Company has been ‘bombarded’ with offers from private equity and strategic investors

Daiya Foods: We always felt that the latent size of the dairy alternatives market was way bigger than people were claiming

By Elaine Watson contact

- Last updated on GMT

Daiya Foods eyes significant prize in dairy alternatives market

Related tags: Milk

In 2009, when Daiya Foods first started selling cheese alternatives, the addressable market (based on what was selling at the time) was an uninspiring $10m, a figure most investors and CPG brands won’t even get out of bed for. Fast forward six years, however, and the size of the prize has grown exponentially, say founders Greg Blake and Andre Kroecher.

“It’s impossible to put a number on it, but the potential market opportunity – when you look at all the areas we are in now – from pizzas and yogurts to cheezy mac - is huge,” ​Blake told FoodNavigator-USA.  “Retailers have seen this explosion in meat and dairy alternatives and they want to capture this market, and capture the consumers that are buying these products.”

And investors, it appears, would agree, if VC interest in Kite Hill, Miyoko’s Kitchen, Hampton Creek, Impossible Foods, and Beyond Meat - plus the recent acquisitions of Vega, So Delicious and Gardein - is anything to go by.

We always felt that the latent size of the market was way bigger than people were claiming

But can plant-based cheese and yogurts realistically hope to capture a similar share (almost 10%) of the dairy cheese and yogurt market that plant-based ‘milks’ such as almond milk have managed to secure over the past decade?

Why not, says Daiya Foods, which first hit shelves at Whole Foods with its cheese alternatives in 2010, and now sells products pizza, ‘cheezecake’, ‘cheezy mac’, yogurts, cheese blocks, slices, shredded cheese and cream cheese-style spreads in 20,000+ stores across North America, Europe Australia and New Zealand, and is generating double-digit growth in accounts from Safeway and Kroger to Whole Foods.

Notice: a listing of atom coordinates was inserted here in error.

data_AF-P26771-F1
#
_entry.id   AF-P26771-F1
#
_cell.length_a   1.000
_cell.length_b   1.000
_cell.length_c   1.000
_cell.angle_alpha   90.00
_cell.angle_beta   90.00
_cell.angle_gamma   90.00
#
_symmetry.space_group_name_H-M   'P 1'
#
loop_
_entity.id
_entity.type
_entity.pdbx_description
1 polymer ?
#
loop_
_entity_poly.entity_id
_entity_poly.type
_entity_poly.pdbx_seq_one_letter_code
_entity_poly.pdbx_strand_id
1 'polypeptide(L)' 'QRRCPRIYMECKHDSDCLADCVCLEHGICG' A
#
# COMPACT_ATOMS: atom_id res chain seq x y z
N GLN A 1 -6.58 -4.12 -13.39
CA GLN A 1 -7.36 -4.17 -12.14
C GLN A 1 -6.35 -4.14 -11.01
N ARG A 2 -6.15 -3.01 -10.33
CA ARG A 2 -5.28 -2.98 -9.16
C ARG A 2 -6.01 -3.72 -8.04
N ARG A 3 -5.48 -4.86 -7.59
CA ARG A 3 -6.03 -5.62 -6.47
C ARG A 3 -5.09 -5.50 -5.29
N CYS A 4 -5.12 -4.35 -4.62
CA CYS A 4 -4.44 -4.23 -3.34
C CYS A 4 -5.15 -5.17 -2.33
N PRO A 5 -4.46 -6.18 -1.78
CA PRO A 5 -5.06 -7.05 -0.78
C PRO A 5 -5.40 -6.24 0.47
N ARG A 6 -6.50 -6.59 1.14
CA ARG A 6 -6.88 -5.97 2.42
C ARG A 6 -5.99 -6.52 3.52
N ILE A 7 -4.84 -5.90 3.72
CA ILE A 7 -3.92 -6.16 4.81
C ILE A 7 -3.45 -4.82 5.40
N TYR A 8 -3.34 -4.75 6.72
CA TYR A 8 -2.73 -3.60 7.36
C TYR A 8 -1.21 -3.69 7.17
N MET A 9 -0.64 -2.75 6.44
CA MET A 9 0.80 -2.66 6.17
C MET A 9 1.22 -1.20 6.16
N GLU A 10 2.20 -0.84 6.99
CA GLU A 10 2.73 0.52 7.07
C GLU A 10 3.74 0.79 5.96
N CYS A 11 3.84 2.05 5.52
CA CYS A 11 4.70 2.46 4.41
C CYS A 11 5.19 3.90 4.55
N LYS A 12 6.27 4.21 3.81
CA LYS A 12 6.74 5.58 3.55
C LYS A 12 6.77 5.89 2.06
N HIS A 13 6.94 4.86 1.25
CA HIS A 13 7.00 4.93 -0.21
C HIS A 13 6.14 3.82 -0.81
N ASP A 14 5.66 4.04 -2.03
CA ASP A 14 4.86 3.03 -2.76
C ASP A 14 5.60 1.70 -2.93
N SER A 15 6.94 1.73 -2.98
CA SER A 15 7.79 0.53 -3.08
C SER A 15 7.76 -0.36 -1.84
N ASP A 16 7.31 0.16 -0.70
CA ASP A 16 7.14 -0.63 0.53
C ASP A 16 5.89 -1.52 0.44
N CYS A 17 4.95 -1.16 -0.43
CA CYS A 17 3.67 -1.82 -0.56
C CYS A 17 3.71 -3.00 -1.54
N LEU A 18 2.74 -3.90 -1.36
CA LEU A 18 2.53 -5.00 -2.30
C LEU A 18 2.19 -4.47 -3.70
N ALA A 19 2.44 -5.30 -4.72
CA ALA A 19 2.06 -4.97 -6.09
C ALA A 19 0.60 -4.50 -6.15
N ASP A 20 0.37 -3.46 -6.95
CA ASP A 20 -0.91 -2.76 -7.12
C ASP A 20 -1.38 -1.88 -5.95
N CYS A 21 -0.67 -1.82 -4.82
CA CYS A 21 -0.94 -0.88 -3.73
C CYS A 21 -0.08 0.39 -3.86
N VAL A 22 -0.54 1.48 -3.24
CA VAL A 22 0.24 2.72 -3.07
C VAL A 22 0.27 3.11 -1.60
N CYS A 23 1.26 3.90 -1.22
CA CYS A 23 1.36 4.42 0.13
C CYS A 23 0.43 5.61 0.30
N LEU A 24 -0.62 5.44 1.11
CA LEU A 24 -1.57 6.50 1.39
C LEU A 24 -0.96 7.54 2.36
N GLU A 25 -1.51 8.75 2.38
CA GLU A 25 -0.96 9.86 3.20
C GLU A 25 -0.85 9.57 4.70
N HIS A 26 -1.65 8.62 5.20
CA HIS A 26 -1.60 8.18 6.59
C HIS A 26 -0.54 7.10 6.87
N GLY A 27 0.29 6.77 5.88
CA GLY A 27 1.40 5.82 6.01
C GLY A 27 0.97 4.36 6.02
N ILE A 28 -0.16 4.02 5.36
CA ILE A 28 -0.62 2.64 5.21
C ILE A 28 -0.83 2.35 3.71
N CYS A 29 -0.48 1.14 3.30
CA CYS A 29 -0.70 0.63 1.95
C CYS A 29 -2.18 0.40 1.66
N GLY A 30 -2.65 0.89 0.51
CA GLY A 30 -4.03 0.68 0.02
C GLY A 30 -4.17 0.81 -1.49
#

DAIYA-yogurt

While such a rapid growth trajectory partly reflects the fact that dynamic brands are transitioning from natural/specialty to mainstream grocery channels more rapidly these days, Daiya has also benefited from social media, which has enabled it to reach and engage with target consumers and spread the word without spending a ton of money on marketing, said Kroecher. 

Daiya Foods first started making cheese alternatives for the foodservice market in 5lb bags, but its big break came in 2009 after it exhibited at the Natural Products Expo West trade show, and Whole Foods (which had been buying the said bags and repackaging the cheese into smaller containers for sale in its deli counters) was so impressed it offered co-founders Greg Blake and Andre Kroecher listings at its stores nationwide.

After the excitement wore off, the pair started “freaking out​” when they sat down and considered the operational implications of this glorious piece of news – delivered in autumn 2009 - but worked around the clock to get their ducks in a row and start shipping products to Whole Foods in March 2010.

It’s simple. As the products get better, the entire category will grow

As for comparisons with the plant-based ‘milk’ market, the dynamics are a little different in that fluid milk is not generally consumed because people adore the taste, but because milk is part of the culture, is nutrient-rich, a staple part of many recipes, and pairs well with hot beverages, cereal, and other products, he said.

Almond milk, which has an appealing taste, has therefore managed to capture a sizeable share of the market, at least for certain usage occasions, and often sits in a refrigerator along with dairy milk in households where people just like more options, but are not necessarily lactose intolerant, vegan, or allergic to milk protein.

Daiya cheezecakes